Call Me, Maybe?
Oh the wild world of dating! It’s confusing enough for most to navigate, but teens and adults with autism can face additional obstacless while learning the fine art of flirting. Starting a conversation, reading non-verbal body cues, and knowing when someone shares your romantic interest are a handful of the dating nuances may be lost in translation for some people with autism.
For better or worse, widespread use of the internet, cell phones and social media have drastically changed the dating scene over the last decade. Now more than ever, people test the waters of a new relationship via online dating sites and apps. Online dating can help take away a lot of the anxiety of meeting new people. It offers individuals a chance to get to know each other, based on mutual interests, and then decide if they would like to meet in person.
Online dating can sound like a dream come true, particularly for those of us who tend to be more introverted; but subtleties still exist, and precautions need to be taken. Because difficulty reading social context is a core symptom of autism, people on the spectrum (and neurotypical people as well!) may not recognize that behaviors like repeatedly messaging someone with no response, asking for personal information like addresses, talking about sex without asking first, or sending or asking for sexual photos can be unwanted and may even be seen as threatening to a potential partner. Online dating also has its own set of safety concerns, as not everyone who joins a site shares the same intentions. For numerous reasons, individuals with autism may not pick up on “red flags” that can indicate that a potential partner is not trustworthy or respectful of boundaries, and can find themselves in coercive or dangerous situations.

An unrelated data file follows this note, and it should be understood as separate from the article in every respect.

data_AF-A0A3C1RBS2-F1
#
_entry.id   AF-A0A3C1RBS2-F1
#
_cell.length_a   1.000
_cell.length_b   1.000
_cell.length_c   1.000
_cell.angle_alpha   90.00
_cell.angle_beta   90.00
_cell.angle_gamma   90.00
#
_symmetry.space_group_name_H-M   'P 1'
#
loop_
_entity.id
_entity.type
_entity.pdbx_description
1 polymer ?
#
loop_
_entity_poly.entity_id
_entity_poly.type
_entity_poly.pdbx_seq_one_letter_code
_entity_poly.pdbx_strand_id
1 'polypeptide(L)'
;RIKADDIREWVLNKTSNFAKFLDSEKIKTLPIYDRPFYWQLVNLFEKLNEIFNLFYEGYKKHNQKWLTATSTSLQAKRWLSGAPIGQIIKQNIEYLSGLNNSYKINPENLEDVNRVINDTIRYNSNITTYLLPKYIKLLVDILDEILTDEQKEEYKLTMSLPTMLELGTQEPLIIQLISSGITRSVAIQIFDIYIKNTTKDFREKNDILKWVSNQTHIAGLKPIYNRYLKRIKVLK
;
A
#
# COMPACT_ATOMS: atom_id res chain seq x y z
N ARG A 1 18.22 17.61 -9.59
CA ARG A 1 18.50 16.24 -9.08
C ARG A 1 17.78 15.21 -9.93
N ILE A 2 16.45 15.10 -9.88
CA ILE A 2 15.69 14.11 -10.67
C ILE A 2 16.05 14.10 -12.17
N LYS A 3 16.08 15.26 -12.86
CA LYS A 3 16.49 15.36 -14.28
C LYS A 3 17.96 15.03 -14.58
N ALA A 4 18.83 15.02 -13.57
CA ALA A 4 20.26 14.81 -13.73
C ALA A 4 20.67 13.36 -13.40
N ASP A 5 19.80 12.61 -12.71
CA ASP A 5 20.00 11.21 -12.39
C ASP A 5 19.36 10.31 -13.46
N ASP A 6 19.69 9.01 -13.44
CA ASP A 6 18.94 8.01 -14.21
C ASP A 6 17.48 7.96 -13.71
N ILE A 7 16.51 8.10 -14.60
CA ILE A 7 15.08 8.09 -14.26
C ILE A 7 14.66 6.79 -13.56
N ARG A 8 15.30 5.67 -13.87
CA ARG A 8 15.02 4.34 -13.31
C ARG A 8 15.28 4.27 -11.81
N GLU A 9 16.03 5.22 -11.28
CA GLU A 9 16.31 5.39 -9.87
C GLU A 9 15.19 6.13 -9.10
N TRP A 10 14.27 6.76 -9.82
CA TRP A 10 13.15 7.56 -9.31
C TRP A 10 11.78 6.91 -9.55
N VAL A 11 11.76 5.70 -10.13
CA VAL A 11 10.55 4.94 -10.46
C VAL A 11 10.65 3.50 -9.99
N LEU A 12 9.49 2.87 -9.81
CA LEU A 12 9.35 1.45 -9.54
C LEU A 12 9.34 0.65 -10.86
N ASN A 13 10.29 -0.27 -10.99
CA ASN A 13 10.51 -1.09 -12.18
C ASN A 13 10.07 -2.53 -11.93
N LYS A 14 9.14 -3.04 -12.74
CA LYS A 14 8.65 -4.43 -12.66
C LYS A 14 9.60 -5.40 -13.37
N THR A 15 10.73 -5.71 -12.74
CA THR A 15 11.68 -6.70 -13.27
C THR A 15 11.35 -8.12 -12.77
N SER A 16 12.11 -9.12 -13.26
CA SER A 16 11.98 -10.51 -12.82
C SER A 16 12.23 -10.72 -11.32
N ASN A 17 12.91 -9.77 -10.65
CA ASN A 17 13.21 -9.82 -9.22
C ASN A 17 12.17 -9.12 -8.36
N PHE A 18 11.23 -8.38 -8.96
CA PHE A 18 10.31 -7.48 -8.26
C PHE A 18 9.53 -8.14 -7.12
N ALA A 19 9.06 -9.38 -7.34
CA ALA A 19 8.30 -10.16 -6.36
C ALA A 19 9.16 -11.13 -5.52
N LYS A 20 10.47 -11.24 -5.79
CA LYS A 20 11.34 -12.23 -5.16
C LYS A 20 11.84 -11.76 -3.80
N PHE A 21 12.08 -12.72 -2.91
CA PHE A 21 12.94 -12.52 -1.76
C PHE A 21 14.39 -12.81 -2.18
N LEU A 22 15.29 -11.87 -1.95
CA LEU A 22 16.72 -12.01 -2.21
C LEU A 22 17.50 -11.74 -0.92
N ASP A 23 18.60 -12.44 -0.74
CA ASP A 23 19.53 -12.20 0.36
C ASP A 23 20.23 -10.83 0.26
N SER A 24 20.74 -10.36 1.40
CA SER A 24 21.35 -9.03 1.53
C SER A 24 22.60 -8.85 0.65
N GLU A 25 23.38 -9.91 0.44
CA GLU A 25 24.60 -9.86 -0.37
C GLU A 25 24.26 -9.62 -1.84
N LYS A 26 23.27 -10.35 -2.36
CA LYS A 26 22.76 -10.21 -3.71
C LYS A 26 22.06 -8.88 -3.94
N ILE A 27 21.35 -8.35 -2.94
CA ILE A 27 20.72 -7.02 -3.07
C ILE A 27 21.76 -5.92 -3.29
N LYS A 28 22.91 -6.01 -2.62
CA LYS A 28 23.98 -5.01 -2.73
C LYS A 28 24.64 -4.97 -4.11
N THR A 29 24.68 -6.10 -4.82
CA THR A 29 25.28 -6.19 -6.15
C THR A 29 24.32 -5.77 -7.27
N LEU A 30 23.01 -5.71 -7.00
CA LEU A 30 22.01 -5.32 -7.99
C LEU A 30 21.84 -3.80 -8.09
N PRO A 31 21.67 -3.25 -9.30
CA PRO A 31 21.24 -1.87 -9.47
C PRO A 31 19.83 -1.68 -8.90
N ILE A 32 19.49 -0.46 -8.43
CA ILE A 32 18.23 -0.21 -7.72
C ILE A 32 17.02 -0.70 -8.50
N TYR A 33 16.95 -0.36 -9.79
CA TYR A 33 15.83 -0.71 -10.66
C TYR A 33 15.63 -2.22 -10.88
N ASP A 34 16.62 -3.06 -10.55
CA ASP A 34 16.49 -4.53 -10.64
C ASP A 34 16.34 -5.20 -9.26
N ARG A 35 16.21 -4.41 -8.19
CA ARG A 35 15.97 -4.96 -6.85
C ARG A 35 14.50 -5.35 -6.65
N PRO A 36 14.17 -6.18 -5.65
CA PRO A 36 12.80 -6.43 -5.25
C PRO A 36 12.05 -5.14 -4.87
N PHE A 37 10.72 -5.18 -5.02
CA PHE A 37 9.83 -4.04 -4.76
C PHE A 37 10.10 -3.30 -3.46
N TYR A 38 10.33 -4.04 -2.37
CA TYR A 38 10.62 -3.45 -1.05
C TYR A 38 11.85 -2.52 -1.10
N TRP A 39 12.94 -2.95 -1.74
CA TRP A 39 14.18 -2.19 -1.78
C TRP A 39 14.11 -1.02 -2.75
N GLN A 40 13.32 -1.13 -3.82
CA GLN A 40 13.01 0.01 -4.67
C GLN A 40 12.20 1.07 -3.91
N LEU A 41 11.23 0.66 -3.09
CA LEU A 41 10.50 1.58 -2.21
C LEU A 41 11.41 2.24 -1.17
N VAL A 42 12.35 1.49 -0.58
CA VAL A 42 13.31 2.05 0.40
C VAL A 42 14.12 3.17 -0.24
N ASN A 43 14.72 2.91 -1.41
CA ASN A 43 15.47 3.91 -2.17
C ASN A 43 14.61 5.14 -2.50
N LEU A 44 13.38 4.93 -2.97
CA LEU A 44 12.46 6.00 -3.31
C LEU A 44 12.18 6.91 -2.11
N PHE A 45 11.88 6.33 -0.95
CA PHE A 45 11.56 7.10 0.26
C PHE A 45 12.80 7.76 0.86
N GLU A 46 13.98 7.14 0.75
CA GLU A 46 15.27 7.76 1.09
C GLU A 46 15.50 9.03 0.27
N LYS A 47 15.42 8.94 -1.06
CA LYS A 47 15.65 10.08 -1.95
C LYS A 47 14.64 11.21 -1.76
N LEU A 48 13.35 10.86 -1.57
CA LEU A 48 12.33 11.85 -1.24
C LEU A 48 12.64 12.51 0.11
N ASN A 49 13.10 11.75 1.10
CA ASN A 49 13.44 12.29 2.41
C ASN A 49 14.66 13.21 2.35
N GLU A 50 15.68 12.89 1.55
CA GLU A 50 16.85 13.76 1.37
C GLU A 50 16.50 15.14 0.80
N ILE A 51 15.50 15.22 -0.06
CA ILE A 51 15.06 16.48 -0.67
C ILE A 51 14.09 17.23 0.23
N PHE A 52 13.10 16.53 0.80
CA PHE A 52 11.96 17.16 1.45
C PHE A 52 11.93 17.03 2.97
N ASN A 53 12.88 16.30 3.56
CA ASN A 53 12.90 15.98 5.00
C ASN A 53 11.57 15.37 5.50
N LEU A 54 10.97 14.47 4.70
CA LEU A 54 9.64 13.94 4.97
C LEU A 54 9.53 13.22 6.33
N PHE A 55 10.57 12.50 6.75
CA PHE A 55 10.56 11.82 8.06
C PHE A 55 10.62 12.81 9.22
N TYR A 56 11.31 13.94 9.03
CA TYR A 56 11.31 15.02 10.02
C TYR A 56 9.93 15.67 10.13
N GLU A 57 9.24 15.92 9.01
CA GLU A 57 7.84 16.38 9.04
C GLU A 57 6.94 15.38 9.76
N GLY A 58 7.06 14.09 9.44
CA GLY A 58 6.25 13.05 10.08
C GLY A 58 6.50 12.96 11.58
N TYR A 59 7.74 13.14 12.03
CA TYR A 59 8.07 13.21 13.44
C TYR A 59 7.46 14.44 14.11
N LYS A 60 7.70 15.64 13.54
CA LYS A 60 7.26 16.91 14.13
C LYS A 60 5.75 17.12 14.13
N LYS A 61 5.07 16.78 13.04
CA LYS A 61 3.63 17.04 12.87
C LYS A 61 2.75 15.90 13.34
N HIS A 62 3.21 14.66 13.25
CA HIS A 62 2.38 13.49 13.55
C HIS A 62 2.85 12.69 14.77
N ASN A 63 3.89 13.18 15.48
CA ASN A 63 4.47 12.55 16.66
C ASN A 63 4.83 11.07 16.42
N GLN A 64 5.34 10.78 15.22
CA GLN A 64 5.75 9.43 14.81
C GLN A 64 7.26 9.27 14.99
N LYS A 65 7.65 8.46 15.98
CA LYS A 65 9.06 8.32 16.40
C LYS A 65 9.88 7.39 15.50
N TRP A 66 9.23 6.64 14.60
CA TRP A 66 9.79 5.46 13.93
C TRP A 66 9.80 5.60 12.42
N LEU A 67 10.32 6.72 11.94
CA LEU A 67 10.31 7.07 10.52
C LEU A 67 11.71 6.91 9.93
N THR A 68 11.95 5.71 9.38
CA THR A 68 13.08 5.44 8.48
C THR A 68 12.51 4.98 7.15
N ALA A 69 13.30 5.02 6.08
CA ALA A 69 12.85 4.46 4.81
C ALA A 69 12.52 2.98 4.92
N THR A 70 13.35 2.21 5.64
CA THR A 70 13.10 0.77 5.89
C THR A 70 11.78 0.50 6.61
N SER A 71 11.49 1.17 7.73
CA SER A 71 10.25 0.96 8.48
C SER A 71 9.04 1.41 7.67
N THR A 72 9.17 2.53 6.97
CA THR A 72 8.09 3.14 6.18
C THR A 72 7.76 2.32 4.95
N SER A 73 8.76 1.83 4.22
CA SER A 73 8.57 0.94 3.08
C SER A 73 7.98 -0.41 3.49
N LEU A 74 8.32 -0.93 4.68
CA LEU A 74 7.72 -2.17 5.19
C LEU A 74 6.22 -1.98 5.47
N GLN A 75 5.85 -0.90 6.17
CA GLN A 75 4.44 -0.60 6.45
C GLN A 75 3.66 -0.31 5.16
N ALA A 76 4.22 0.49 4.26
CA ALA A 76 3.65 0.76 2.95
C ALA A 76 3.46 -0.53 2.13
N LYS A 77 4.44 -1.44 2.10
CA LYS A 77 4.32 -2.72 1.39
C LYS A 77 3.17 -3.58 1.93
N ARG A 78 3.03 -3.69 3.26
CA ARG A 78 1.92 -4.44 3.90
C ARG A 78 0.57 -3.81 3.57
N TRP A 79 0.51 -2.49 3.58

How can individuals with autism navigate the complexities of the dating world and learn the skills to find and enjoy fulfilling romantic relationships? First and foremost, everyone needs information about safe online behavior! Teens and adults with autism should look to parents, healthcare providers, teachers and other trusted adults for information about dating and sex, and seek advice as needed when starting new relationships. Likewise, parents, providers, and trusted adults should not be shy about broaching the subject with teens or young adults with ASD. Adults and teens with ASD can learn skills for dating and building relationships and then practice these skills as a part of therapy or with trusted friends. For individuals who feel uncomfortable asking their parents about sex and dating, AutismNow and the Autistic Self-Advocacy Network (ASAN) developed Relationships and Sexuality, a toolkit written for and by people with autism. The CAR Autism Roadmap™ website also provides dating guidance in the article Romance 101: Dating for Adults with ASD. Additionally, group interventions exist that use theater and role playing to help teens with autism cope with the many uncertainties of dating and develop the skills needed for healthy intimate relationships.